VICTORIA — Police officers, grocery workers, teachers and child-care staff are among more than 300,000 front-line workers being prioritized for COVID-19 vaccinations in the coming weeks, the British Columbia government announced Thursday.
Premier John Horgan said they will receive the Oxford-AstraZeneca vaccine as part of the province’s plan to inoculate workers who are most at risk of being infected because of barriers to using personal protective equipment and passing the virus on to others in their communities.
“We know this has been an extremely challenging time for front-line workers. While many of us have been able to work remotely or from home, they have gone to work day after day, day after day and they are the true heroes that we want to immunize at this time,” Horgan said Thursday.
The government said it expects to receive about 340,000 doses of the AstraZeneca vaccine by the end of May and plans to administer it using a combination of community pharmacists, existing clinics and mobile clinics at some work sites.
Health Minister Adrian Dix said B.C.’s age-based rollout with the Pfizer-BioNTech and Moderna vaccines is ahead of schedule and with the AstraZeneca supply arriving, the province can protect those working in specific front-line industries.
Essential workers in food processing plants and the agricultural sector, for example, including temporary foreign workers employed on farms and living in shared accommodation, are already eligible for early immunization with the AstraZeneca vaccine, as are those working in ski resorts such as Whistler, which has experienced ongoing outbreaks.
Teri Mooring, president of the BC Teachers’ Federation, said teachers, support staff and other education workers have done everything they can to make sure schools are safe, but the virus has still found its way into classrooms.
“I join all of my teacher colleagues in expressing huge relief that educators across B.C. will be prioritized in April to receive a COVID-19 vaccine,” Mooring said in a statement.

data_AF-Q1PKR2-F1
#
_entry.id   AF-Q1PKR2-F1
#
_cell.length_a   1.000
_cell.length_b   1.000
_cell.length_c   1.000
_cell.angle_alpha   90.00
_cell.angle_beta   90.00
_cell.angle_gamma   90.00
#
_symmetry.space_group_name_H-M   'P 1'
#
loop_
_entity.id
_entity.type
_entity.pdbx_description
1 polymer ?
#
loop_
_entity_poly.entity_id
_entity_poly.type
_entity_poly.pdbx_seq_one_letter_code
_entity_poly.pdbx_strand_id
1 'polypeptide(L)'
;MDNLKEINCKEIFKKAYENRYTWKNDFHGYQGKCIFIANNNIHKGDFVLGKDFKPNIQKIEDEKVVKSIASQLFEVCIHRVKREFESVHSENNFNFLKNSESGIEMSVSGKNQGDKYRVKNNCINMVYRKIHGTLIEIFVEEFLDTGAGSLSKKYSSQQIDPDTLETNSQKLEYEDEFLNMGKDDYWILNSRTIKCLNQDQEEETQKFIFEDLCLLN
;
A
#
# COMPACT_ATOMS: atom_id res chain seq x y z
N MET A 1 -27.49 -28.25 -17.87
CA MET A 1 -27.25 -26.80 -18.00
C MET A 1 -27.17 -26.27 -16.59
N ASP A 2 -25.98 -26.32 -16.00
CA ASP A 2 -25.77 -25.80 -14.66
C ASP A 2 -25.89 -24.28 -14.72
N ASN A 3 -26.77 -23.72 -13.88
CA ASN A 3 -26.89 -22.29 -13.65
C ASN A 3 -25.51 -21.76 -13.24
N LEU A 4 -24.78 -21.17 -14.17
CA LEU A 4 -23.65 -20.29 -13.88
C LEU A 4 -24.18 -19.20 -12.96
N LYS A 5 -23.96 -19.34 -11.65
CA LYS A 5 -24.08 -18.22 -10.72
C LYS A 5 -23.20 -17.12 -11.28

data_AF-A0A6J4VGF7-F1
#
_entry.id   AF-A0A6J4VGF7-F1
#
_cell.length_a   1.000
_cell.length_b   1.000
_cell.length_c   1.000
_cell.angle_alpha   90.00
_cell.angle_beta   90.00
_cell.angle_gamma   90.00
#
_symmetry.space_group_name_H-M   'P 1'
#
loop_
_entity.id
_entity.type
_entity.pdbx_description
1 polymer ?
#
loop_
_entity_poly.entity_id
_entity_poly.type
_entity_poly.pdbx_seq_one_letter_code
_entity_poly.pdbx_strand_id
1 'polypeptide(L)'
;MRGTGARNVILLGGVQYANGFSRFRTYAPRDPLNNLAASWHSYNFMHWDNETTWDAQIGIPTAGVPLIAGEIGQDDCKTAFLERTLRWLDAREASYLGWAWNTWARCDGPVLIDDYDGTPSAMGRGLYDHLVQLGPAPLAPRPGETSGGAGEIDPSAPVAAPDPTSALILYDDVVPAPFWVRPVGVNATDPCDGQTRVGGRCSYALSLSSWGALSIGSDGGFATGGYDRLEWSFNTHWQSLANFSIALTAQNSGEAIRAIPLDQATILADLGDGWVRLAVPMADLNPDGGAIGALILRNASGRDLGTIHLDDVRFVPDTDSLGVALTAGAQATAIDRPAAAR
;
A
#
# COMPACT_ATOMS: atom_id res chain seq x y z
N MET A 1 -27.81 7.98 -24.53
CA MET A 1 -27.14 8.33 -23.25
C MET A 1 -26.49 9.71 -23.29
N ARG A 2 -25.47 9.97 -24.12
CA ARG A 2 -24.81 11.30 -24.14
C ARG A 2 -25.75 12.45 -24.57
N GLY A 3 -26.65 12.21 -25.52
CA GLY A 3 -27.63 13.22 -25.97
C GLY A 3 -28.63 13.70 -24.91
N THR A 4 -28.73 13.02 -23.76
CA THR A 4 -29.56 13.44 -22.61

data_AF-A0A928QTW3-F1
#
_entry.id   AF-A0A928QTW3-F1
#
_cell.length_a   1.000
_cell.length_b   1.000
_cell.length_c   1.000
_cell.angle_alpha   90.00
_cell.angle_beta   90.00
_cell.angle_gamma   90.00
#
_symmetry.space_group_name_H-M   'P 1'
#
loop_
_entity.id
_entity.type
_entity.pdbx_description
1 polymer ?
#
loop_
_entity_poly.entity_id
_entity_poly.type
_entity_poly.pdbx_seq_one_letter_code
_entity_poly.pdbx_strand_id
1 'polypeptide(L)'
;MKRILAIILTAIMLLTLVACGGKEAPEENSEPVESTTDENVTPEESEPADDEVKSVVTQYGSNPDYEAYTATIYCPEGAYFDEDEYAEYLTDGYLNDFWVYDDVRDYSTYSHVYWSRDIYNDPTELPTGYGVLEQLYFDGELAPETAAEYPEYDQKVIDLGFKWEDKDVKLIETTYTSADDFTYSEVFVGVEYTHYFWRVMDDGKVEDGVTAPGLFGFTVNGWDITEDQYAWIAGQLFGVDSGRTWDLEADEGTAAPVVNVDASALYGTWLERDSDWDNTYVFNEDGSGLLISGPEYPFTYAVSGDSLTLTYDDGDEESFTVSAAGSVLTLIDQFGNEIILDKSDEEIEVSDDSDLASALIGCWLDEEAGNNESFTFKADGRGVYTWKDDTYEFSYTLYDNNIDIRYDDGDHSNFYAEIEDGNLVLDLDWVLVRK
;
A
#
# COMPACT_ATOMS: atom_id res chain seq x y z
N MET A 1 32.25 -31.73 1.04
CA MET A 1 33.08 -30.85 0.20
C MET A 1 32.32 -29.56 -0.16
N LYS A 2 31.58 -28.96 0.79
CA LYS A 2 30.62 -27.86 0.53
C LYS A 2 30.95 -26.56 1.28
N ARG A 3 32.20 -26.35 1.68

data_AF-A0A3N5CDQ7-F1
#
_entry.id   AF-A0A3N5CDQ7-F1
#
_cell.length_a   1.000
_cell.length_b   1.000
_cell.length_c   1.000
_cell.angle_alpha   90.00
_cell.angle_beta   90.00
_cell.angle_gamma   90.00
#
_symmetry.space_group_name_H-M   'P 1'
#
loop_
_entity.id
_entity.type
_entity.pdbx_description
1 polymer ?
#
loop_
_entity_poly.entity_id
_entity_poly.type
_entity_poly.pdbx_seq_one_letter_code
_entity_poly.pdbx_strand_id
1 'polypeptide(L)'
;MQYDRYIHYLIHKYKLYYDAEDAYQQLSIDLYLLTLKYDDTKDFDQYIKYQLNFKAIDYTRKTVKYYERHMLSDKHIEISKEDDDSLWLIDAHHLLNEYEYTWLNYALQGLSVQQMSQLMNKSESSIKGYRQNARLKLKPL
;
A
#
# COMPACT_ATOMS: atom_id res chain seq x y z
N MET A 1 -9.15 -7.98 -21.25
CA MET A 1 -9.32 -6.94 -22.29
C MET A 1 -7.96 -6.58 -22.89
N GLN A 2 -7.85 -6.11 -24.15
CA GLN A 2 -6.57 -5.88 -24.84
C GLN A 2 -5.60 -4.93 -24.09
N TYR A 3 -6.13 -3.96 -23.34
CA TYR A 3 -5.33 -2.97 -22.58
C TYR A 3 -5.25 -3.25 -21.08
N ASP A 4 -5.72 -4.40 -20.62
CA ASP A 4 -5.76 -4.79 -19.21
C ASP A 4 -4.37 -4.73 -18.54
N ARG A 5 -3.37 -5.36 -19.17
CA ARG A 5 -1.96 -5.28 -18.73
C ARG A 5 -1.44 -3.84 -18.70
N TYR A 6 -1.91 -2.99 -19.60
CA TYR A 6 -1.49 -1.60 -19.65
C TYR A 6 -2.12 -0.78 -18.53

B.C. Association of Chiefs of Police president Howard Chow thanked the government for recognizing the unpredictable work of first responders.
“Police officers in the field are unable to eliminate the risk of exposure because they cannot always practise physical distancing due to the nature of their work,” said Chow, who is a deputy chief constable with Vancouver police.
Provincial health officer Dr. Bonnie Henry said specific industries and schools, for example, will be contacted by health authorities to let them know when it’s their workers’ turn to be vaccinated so they should not be booking appointments through the province’s age-based call centres.
“We’re doing it based on risk in many areas,” she said of the plan expected to start early next month. “We know where some of the hot spots are in the Lower Mainland. Some communities are having more challenges than others.”
She said the acceleration of vaccinations will make everyone safer to the point that restrictions could be lifted so young people can have small graduation ceremonies and gatherings of larger numbers of people are possible.
“By the end of June, if we are able to deliver what we are looking at delivering and we’re able to keep a third wave from taking off, then we can look at some of those,” she said.
About 10 to 12 per cent of COVID-19 cases currently include variants of concern, mostly the one first identified in the United Kingdom.
Henry said the vaccines are effective for those variants, but a daily average of about 500 cases means there’s a smaller margin of error when it comes to individual and group actions that could increase the number of infections.
The province reported 622 new cases on Thursday, along with eight more deaths, for a total of 1,419 fatalities since the pandemic began.
As restrictions are eased, gatherings of up to 50 people may resume, the same as last fall, but precautions will need to be taken to avoid close contact among those gathering inside, Henry said.
“As we get more people protected and as we try, hopefully, to get transmission rates down, which means the probability that any one person will have the virus goes down, we’ll be able to have larger groups again. But it’ll be in a slow and phased approach so we’re safe in how we’re doing it.”
However, gatherings involving international visitors, including weddings, festivals and conferences, will be dangerous this year because vaccines are not available equally around the world, Henry said.
Dr. Penny Ballem, who is leading the province’s vaccination program, said B.C. residents, pharmacists and doctors will soon be able to access vaccination records online and five call centres will be closed on April 6 as one central online booking system is opened for everyone making appointments.
All B.C. residents are expected to get their first dose of a vaccine by July.
— By Camille Bains in Vancouver.
This report by The Canadian Press was first published on March 18, 2021.
The Canadian Press